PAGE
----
taste One of the basic properties the body uses to sense its environment, especially foods, using receptors (taste buds) on the tongue (and some other organs).

termite An ant-like insect that lives in colonies, building nests underground, in trees or in human structures (like houses and apartment buildings). Most feed on wood.

trait A characteristic feature of something. (in genetics) A quality or characteristic that can be inherited.

vegetation Leafy, green plants. The term refers to the collective community of plants in some area. Typically these do not include tall trees, but instead plants that are shrub height or shorter.

vitamin Any of a group of chemicals that are essential for normal growth and nutrition and are required in small quantities in the diet because either they cannot be made by the body or the body cannot easily make them in sufficient amounts to support health.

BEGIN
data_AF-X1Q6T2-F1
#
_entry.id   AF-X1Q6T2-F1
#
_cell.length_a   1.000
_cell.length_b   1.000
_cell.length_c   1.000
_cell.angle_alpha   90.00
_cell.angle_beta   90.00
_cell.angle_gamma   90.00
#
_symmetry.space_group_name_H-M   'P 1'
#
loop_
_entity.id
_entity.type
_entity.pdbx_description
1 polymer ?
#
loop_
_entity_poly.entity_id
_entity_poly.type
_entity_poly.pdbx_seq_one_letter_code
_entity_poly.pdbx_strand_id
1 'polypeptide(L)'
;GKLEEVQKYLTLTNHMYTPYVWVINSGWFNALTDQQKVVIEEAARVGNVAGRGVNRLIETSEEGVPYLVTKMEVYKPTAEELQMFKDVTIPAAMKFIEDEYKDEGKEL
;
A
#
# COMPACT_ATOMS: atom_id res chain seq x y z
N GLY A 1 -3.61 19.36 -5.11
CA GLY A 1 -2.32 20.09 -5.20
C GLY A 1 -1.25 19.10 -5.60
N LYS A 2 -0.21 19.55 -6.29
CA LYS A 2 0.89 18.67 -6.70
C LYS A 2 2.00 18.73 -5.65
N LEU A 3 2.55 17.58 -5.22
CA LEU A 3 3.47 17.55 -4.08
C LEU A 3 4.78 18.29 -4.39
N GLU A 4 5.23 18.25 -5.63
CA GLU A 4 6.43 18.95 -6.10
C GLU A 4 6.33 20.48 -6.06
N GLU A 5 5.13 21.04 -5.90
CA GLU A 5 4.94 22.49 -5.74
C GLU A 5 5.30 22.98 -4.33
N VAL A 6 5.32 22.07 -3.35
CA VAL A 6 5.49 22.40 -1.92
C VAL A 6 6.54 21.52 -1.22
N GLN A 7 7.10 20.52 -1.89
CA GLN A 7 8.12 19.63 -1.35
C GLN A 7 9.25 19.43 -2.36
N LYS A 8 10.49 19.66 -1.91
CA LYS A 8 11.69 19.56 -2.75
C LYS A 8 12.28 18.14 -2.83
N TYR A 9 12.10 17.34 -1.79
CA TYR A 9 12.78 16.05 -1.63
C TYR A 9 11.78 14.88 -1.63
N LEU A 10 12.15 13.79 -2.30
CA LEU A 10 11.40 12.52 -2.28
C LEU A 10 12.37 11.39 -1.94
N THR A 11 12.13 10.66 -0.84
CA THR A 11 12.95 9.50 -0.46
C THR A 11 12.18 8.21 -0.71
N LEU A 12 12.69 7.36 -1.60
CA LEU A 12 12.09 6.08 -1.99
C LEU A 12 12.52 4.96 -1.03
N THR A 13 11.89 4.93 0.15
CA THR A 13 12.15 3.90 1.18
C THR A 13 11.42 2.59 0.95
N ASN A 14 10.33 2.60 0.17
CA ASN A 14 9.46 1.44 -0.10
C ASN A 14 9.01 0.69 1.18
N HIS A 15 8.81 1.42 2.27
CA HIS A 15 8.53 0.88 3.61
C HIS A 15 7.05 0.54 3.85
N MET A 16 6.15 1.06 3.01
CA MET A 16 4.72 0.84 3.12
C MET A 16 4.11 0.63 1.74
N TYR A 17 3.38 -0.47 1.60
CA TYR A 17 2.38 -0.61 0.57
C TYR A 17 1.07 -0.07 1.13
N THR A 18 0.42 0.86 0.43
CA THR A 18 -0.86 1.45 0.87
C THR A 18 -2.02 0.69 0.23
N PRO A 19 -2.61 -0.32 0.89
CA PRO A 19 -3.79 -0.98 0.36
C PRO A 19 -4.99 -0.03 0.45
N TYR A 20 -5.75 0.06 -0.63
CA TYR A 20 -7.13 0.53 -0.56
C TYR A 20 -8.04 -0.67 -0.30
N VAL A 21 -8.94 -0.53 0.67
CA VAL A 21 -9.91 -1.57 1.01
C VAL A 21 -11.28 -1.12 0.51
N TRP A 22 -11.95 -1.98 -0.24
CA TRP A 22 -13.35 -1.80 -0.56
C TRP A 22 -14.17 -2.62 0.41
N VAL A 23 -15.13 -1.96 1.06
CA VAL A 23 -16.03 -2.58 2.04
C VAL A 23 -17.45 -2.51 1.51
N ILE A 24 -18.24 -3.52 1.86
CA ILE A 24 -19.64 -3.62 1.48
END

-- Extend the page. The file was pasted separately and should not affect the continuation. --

Western (n. the West) An adjective describing nations in Western Europe and North America (from Mexico northward). These nations tend to be fairly industrialized and to share generally similar lifestyles levels of economic development (incomes) and attitudes toward work, education, social issues and government.

Citations

Journal: A. van Huis. Did early humans consume insects? Journal of Insects as Food and Feed. Posted online September 25, 2017. doi: 10.3920/JIFF2017.x006.

Journal: M.B. Ruby et al. Determinants of willingness to eat insects in the USA and India. Journal of Insects as Food and Feed. Posted online August 17, 2015. doi: 10.3920/JIFF2015.0029.